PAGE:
What is the state pension triple lock?

Everything you need to know about triple lock state pension and what it means for you

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If you’ve ever heard a government minister talk about state pensions, you may have heard them use the phrase “triple lock”. But what is the triple lock - and what does it actually mean for the value of your state pensions?

In short, the triple lock is a formula for guaranteeing that your pension will hold its value over time - that is, that it will rise in a way that reflects the cost of rising prices and match the way the salaries of people in work are rising.

However, a word of warning. In theory, the triple lock is supposed to be enshrined in law, preventing ministers from backing away from the guarantee. But in practice, the government can always amend legislation - and ministers have announced a suspension of the triple lock for the 2022/23 financial year. They argued that the Covid-19 pandemic had caused an artificial spike in wages and inflation - and that the 8% increase in the state pension that this spike should have meant, according to the formula, was not justifiable.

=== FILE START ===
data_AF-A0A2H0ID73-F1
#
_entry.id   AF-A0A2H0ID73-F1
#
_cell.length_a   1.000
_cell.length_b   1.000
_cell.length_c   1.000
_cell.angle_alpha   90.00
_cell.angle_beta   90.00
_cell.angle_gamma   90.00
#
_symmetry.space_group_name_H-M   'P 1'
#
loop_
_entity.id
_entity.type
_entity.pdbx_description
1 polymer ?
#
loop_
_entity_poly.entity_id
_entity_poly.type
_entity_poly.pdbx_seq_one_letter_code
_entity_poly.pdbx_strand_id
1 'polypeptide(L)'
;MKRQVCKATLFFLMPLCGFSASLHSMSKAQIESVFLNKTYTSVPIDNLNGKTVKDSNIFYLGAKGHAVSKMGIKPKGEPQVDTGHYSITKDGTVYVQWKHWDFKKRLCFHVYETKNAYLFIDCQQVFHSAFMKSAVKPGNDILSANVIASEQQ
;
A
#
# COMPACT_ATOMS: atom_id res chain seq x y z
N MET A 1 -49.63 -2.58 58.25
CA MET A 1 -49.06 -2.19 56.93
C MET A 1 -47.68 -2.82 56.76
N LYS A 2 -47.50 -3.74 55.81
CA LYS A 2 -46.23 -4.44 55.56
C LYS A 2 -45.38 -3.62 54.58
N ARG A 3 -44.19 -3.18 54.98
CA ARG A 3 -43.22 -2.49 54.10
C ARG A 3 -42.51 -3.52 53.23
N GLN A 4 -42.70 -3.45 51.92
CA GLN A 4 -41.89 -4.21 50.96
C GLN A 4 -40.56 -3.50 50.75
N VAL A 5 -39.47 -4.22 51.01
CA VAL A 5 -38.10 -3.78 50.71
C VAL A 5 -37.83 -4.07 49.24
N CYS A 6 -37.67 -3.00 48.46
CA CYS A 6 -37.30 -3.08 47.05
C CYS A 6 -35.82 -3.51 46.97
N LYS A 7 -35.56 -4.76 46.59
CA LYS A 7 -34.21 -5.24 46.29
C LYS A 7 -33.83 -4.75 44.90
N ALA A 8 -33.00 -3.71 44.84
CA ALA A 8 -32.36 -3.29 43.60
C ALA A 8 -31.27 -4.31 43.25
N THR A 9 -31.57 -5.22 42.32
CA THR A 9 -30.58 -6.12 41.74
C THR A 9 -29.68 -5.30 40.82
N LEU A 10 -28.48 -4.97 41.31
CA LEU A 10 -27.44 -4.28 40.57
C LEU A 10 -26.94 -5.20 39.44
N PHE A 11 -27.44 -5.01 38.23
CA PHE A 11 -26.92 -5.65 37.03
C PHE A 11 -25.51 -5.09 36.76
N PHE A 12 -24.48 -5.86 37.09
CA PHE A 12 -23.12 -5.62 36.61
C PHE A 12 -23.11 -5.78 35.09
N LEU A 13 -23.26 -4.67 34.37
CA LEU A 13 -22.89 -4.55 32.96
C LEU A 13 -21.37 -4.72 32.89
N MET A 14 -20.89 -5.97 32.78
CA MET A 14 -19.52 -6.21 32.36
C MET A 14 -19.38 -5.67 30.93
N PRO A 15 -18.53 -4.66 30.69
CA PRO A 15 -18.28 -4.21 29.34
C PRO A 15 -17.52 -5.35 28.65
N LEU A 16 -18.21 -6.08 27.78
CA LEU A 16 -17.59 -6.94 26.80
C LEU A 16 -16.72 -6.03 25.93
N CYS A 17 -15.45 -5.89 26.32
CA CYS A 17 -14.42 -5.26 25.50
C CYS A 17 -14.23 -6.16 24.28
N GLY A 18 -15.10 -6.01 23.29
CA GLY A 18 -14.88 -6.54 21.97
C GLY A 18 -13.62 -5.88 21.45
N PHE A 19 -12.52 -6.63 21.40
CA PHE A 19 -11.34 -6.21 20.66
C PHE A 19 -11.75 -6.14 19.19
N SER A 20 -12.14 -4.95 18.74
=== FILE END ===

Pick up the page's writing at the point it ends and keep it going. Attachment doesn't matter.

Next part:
In fact, the state pension will rise by just 3.1% in April. With inflation currently above 5% - and expected to go higher - 12 million pensioners will therefore be worse off in real terms; they will find it harder to cope with the cost of living.

This article explains how the triple lock works, why it’s been suspended and what that means for your state pension.

What is the triple lock?

Normally, the triple lock guarantees that the state pension will increase in line with whichever of the following is highest:

    -  Earnings  (the average percentage growth in wages

    -  Inflation (as measured by the Consumer Prices Index) 

    -  2.5% 

In other words, if earnings and inflation are below 2.5%, pensioners will get a 2.5% increase in their pension; if either measure is higher, they’ll get more.

However, the triple lock has been suspended for the 2022-23 financial year, starting on 6 April, because the impacts of Covid-19 have distorted the economy..

What does this mean for my pension?

In the absence of the triple lock for a year, from April 2022, the new state pension (opens in new tab) will rise by 3.1% from £179.60 a week, or £9,339.20 to:

    -  £185 a week, or £9,620.00 a year 

The basic state pension (opens in new tab) will also rise 3.1% from £137.60 a week, or £7,155.20 to:

    -  £141.80 a week, or £7,373.60 a year

Why has the triple lock been suspended?

Millions of workers had their pay cut in 2020 due to the pandemic but salaries recovered in 2021, which artificially inflated wage statistics. This distorted the earnings element of the triple lock guarantee.